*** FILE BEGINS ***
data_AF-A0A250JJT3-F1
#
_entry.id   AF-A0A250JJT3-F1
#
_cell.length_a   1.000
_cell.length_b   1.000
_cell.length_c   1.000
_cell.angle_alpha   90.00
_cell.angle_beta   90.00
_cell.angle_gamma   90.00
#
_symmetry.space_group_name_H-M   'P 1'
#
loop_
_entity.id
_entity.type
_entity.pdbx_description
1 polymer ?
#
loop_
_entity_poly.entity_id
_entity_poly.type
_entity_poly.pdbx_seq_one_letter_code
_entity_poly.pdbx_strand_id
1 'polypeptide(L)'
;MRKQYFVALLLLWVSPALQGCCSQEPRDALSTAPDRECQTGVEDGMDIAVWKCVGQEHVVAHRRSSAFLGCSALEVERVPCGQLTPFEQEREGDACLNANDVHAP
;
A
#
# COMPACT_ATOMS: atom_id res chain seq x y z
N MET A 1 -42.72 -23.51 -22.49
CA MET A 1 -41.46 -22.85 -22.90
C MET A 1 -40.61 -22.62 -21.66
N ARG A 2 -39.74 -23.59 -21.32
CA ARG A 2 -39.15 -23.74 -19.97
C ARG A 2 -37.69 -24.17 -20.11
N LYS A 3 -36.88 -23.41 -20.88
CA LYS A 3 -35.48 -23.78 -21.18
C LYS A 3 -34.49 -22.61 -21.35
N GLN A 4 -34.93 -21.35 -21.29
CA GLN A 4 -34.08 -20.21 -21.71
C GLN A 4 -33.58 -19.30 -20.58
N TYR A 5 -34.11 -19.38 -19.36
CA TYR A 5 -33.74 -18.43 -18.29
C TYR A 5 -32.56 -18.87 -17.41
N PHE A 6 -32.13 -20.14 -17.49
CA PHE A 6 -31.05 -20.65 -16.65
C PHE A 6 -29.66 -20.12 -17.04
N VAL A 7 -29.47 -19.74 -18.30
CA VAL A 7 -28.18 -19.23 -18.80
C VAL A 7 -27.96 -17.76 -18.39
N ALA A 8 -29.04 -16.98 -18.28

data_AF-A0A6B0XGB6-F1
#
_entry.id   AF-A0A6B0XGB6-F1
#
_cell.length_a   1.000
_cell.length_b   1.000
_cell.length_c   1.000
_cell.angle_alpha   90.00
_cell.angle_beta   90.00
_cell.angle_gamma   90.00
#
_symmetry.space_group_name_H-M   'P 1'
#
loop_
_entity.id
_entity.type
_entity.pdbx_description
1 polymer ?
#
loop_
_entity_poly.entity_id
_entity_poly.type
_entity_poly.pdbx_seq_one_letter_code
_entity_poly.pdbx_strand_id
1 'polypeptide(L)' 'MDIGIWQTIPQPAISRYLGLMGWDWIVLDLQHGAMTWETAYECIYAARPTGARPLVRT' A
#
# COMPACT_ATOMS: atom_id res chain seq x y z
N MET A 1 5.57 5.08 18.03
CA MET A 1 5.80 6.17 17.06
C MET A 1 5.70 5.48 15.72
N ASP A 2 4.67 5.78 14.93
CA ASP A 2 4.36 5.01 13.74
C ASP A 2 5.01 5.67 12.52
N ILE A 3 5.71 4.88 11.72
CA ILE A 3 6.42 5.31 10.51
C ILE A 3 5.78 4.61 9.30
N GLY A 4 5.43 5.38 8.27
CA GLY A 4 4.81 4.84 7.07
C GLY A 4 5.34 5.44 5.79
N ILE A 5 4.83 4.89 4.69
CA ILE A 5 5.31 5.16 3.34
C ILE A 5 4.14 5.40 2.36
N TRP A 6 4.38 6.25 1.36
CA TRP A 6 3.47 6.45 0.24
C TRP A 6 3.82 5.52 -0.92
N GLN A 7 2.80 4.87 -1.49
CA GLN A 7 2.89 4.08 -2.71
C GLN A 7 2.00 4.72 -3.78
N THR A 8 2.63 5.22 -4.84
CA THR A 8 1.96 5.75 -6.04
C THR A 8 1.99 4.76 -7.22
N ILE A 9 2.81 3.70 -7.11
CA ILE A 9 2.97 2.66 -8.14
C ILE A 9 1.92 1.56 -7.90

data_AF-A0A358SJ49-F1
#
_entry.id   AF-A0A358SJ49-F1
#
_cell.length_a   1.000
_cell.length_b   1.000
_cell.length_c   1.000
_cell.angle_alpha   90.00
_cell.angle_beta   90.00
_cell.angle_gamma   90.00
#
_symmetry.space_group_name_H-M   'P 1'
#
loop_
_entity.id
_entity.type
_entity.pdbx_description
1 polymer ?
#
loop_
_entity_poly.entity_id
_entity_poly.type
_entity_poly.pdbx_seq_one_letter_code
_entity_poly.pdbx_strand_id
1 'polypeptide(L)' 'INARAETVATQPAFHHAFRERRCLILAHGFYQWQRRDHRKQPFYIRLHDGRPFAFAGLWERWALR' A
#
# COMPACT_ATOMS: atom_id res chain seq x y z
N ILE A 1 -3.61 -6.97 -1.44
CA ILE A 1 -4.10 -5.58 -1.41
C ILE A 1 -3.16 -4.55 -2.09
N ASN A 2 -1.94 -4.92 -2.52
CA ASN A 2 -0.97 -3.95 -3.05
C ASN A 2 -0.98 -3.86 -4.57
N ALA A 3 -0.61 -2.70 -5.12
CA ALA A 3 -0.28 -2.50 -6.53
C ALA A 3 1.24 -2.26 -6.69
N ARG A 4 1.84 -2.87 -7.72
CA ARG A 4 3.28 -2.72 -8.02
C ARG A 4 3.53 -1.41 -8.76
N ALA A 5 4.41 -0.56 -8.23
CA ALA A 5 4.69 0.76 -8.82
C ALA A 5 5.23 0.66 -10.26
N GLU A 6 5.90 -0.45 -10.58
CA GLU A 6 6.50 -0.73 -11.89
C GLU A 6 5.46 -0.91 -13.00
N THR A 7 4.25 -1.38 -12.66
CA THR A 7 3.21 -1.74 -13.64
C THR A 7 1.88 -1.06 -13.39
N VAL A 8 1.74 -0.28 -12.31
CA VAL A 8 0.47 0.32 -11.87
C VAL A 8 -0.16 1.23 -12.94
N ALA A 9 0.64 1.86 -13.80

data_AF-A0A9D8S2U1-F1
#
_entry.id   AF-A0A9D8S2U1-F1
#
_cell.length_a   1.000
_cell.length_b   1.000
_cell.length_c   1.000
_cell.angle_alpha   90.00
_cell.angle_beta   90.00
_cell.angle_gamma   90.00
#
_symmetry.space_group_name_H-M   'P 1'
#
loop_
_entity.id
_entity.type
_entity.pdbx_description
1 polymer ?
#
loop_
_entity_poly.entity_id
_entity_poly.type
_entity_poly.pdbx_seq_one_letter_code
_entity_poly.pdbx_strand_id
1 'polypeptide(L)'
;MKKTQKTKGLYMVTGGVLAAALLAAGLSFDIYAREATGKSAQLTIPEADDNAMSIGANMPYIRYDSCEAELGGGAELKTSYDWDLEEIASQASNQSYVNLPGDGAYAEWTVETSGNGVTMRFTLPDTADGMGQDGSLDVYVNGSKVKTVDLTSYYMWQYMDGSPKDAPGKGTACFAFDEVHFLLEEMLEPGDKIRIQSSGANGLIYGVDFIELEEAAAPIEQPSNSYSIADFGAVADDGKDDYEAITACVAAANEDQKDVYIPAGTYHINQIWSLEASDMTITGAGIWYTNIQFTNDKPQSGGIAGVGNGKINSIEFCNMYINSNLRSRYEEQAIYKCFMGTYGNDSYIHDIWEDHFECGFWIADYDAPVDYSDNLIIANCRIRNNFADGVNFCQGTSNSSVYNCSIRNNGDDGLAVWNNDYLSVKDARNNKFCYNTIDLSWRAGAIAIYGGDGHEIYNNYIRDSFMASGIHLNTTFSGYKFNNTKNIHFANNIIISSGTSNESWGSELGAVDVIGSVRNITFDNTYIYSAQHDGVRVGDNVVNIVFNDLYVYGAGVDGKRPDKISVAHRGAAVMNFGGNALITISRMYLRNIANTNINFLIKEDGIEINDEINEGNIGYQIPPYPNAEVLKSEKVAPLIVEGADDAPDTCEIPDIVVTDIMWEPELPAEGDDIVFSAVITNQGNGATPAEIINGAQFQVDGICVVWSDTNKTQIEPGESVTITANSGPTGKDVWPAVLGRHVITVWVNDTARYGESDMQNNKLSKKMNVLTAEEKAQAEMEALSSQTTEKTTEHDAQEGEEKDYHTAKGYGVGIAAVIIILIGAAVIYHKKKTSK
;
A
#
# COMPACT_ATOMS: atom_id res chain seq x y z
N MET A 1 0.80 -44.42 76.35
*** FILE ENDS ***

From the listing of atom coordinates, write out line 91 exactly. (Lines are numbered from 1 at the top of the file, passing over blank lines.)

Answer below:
C GLY A 4 5.34 5.44 5.79